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Syria says it has chased rebels from Damascus' Midan neighborhood

July 21, 2012|By Patrick J. McDonnell, Los Angeles Times
  • A Syrian army soldier and a resident look at burned neighborhood in the Midan area in Damascus on July 20, 2012.
A Syrian army soldier and a resident look at burned neighborhood in the Midan… (Louai Beshara, AFP/Getty…)

BEIRUT — Fighting raged for a sixth consecutive day in Damascus, opposition activists said Friday, even as Syria's government declared that it had routed rebels from the capital's Midan district, site of intense battles earlier in the week.

The United Nations, meantime, said as many as 30,000 people had fled from Syria to Lebanon during the previous 48 hours, many of them fleeing the heaviest fighting to date in Damascus.

The unrest in Syria has sent more than 200,000 people into exile — mostly to neighboring Lebanon, Turkey and Jordan — and displaced 1 million residents within Syria, according to U.N. figures and other estimates.

Syrian state television said Friday government forces had "cleaned" the capital's Midan neighborhood of "terrorists," the government's customary term for armed insurgents seeking to oust President Bashar Assad.

The rebels labeled their actions in Midan as a "tactical retreat," the latest in a series of such pullbacks in the face of superior firepower.

Opposition activists reported that more than 100 people across the nation were killed in violence Friday. A day earlier, believed to the bloodiest day of the rebellion, almost 300 died, according to the Syrian Observatory for Human Rights, a Britain-based activist group.

Each side in the Syrian conflict has accused the other of inflating casualty counts for political reasons. The government has severely restricted the access of foreign journalists, making it difficult to verify the claims.

Also on Friday, the United Nations Security Council agreed to extend for 30 days the U.N. observer mission in Syria. The period could be extended if the U.N. certifies that the violence has abated and that heavy weapons are no longer being used against population centers.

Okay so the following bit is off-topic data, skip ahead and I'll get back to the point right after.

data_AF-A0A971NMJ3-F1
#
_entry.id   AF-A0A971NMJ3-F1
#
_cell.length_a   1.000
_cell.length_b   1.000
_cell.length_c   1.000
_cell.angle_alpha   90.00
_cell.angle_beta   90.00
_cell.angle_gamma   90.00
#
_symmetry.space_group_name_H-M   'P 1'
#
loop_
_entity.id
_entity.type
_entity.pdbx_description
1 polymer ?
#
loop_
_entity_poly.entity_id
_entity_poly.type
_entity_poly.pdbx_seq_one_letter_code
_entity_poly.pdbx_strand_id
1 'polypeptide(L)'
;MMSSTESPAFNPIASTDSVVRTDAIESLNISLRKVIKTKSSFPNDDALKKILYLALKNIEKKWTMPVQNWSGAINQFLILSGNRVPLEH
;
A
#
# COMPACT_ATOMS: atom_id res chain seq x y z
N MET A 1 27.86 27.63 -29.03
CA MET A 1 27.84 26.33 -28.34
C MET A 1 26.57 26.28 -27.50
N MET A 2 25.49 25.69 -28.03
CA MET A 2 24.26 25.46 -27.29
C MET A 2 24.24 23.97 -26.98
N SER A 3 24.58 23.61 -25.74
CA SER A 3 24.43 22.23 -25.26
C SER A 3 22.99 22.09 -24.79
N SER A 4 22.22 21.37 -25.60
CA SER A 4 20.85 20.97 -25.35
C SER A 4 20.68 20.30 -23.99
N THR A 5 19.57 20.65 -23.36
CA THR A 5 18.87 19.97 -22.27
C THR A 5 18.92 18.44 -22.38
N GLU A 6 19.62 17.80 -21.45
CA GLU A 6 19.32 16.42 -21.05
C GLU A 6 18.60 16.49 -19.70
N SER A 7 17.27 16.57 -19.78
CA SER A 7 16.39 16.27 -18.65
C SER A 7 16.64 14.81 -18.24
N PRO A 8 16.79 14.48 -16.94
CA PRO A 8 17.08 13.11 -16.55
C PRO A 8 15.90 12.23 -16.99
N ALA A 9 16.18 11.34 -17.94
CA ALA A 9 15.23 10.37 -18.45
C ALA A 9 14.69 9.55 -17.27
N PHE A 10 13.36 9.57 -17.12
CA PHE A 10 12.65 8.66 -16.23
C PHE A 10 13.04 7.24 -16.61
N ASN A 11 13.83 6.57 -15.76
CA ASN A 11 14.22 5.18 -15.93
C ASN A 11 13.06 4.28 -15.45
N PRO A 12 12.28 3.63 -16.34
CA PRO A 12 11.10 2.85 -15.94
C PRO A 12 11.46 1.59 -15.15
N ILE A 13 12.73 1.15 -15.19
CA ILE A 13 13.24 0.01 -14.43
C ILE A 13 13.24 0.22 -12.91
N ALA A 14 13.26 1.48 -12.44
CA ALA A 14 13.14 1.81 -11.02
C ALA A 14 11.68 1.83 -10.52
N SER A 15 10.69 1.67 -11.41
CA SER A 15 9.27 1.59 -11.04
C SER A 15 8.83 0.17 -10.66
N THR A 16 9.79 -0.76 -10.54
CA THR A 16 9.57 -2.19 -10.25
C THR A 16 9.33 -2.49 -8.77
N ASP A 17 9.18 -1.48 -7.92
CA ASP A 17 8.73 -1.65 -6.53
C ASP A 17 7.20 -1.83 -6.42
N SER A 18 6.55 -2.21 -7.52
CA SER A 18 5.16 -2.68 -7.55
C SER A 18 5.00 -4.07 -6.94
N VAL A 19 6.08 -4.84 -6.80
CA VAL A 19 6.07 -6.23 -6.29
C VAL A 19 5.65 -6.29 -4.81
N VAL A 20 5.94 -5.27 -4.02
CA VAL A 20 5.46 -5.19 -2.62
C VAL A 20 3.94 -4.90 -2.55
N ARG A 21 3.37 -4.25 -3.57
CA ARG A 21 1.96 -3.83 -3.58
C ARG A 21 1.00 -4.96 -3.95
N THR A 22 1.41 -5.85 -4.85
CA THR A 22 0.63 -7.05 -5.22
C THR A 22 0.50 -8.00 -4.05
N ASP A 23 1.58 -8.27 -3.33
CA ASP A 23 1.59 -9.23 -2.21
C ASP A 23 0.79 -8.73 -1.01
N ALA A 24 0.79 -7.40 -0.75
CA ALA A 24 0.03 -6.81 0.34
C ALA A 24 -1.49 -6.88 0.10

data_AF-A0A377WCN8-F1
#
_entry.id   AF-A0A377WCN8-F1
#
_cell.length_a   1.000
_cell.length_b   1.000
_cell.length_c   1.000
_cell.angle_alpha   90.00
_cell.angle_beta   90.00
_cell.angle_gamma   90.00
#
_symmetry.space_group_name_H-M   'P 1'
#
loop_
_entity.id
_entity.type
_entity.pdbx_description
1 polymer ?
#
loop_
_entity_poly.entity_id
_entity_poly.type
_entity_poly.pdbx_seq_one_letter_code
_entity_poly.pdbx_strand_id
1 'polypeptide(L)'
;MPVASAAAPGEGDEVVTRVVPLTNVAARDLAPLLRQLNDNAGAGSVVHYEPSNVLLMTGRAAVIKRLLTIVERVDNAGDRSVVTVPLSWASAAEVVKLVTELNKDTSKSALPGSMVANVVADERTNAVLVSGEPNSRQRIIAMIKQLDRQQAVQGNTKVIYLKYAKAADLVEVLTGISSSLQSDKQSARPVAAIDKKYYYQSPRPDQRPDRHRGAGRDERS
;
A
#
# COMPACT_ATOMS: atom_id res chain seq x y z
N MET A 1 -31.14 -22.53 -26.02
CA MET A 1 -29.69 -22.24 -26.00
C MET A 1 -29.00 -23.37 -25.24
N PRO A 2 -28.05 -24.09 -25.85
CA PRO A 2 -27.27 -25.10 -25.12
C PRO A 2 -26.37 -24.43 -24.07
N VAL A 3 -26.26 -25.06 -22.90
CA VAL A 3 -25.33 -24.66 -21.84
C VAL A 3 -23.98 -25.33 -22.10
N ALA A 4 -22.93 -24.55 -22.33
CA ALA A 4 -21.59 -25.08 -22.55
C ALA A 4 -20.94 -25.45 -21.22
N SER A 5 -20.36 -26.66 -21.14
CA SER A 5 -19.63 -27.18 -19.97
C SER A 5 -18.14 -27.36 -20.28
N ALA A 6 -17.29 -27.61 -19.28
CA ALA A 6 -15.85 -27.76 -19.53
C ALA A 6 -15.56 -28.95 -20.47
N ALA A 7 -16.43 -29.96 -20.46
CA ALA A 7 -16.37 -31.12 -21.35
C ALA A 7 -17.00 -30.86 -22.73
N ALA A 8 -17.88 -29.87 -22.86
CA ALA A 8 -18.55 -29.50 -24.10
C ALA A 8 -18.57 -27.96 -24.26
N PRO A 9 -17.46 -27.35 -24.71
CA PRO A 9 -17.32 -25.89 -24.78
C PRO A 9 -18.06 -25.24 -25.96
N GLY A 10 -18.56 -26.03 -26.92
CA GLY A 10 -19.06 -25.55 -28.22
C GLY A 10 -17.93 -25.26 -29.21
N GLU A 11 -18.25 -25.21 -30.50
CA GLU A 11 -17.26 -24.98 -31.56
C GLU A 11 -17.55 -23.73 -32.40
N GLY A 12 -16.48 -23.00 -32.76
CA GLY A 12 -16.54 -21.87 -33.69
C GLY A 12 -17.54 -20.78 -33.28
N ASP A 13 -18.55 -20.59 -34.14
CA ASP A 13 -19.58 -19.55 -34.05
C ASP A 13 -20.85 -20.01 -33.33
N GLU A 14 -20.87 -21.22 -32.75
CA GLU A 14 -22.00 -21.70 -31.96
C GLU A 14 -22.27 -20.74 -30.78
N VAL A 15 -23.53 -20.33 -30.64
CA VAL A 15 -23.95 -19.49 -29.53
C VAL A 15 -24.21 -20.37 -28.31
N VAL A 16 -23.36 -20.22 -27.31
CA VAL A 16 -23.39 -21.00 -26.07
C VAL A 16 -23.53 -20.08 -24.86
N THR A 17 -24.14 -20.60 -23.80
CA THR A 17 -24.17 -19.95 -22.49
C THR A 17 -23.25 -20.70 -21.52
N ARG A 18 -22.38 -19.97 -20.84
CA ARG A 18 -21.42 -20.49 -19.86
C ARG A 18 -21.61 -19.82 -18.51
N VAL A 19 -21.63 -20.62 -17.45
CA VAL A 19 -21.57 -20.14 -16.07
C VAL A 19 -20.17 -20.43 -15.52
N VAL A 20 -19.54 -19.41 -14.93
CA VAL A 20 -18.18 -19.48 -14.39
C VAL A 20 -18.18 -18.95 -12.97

The mission, with 300 observers and 90 civilian personnel, has largely been suspended since last month because of concern for the safety of its personnel. Even before the suspension, the observers had been unable to do much more than confirm massacres and document the bloody aftermath of battles they were helpless to prevent.

Meanwhile, official media said Friday that Gen. Hisham Ikhtiyar, chief of national security, became the fourth high-ranking official to die of wounds suffered in the bombing Wednesday of a national security compound in Damascus.

Gen. Asef Shawkat, the brother-in-law of the president, was killed in the blast. Interior Minister Maj. Mohammed Ibrahim Shaar was injured, the government said, but his condition has not been publicly disclosed.

Taking responsibility for the bombing were two groups fighting under the umbrella of the rebel Free Syrian Army, a collection of militias including military defectors and others fighters seeking to oust Assad.

The bombing rattled the core of Assad's security establishment and seemed to shift momentum in the more than 16-month conflict to the side of the insurgents, who are armed mostly with rifles, rocket-propelled grenades and homemade bombs.

Although the rebels have made many gains and have seized huge swaths of territory, the government's superior arms usually have been sufficient to push insurgents back during aggressive counterattacks.

That was apparently the case Friday in Damascus' Midan district, close to the walls of the Old City and long a center of opposition to Assad.

In Midan, the opposition reportedly declared a "tactical retreat," a move employed over and over again in a war where territory has frequently been won by the rebels and then relinquished in the face of superior government firepower.

patrick.mcdonnell@latimes.com

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